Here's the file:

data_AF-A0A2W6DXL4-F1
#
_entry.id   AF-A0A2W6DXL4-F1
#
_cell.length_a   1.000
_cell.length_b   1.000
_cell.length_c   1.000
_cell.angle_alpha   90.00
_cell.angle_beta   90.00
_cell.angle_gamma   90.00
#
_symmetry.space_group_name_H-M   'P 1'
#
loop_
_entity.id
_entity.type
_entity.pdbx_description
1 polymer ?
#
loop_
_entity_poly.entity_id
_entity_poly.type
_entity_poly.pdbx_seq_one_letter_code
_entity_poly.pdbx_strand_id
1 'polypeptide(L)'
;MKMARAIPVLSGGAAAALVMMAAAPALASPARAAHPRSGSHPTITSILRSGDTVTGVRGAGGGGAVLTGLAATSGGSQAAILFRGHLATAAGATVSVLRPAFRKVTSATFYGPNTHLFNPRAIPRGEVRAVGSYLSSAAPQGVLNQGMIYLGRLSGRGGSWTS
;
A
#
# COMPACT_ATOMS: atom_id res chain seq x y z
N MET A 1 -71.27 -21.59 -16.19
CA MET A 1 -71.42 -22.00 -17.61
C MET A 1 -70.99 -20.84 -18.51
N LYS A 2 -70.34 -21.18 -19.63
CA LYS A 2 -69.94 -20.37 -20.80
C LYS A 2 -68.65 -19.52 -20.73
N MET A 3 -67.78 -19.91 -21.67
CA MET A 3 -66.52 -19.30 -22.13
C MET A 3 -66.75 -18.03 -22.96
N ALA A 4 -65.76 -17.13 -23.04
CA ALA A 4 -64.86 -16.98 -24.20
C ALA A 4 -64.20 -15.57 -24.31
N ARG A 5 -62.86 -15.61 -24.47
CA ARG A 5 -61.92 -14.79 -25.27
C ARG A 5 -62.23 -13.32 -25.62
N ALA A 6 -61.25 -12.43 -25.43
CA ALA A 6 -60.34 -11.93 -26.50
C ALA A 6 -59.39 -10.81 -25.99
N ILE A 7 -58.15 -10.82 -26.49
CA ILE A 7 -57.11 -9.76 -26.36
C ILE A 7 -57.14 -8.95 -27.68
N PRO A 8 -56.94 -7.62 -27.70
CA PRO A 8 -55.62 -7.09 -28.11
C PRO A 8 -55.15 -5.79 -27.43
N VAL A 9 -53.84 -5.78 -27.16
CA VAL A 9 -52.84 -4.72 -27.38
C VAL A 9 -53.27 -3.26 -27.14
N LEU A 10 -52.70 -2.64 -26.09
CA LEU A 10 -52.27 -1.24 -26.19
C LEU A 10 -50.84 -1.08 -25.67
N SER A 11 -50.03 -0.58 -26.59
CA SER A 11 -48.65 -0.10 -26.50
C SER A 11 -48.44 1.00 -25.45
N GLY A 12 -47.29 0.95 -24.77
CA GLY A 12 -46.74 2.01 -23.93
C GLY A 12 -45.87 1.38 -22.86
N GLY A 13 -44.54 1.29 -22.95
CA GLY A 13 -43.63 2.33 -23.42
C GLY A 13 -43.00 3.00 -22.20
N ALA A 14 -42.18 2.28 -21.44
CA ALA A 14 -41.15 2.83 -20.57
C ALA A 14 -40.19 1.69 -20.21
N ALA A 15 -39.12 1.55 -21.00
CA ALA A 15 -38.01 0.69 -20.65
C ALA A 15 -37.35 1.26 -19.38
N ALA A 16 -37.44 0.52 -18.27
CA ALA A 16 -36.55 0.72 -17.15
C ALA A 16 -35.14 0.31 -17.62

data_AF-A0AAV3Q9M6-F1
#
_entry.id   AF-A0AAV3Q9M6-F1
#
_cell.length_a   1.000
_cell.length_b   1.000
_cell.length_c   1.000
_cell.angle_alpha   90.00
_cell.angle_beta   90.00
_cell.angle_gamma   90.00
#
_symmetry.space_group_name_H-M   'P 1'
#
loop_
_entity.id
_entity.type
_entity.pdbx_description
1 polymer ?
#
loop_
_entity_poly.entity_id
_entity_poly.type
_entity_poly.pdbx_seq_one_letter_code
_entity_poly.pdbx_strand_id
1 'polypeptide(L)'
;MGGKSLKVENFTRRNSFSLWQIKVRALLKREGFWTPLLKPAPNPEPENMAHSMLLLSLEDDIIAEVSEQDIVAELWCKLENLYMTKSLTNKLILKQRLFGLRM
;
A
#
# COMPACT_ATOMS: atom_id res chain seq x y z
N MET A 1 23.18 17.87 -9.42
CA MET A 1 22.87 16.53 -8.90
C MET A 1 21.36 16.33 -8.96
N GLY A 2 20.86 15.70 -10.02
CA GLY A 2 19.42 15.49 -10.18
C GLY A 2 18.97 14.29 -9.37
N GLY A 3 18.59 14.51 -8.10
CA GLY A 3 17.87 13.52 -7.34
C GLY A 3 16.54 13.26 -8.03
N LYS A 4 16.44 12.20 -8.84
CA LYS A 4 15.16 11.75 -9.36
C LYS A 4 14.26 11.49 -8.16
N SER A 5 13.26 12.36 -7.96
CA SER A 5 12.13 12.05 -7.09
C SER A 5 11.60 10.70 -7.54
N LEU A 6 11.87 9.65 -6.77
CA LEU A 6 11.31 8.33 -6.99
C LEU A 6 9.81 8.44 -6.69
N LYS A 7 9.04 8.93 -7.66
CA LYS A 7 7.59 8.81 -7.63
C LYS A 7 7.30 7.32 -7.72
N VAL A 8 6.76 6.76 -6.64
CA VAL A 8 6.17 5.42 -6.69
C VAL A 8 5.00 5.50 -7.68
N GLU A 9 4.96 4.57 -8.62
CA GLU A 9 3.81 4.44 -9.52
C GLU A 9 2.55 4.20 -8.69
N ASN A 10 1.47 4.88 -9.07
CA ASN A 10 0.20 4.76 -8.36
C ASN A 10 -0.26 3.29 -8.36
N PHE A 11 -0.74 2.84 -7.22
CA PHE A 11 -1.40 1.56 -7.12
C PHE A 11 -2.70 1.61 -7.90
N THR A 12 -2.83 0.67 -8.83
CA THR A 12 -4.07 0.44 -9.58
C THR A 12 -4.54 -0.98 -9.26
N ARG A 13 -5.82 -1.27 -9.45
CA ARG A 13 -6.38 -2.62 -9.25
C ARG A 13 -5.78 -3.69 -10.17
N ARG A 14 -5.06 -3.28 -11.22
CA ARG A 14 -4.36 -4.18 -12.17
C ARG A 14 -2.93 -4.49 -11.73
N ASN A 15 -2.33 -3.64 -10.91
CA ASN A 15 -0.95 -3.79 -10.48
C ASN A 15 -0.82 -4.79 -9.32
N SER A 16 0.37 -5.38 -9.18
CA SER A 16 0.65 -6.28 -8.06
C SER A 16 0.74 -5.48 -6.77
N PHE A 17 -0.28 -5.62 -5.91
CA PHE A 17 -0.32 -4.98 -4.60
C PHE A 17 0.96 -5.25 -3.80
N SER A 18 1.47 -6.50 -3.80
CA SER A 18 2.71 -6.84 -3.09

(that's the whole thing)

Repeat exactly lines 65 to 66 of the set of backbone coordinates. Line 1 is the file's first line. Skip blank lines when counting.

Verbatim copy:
CA GLY A 12 -46.74 2.01 -23.93
C GLY A 12 -45.87 1.38 -22.86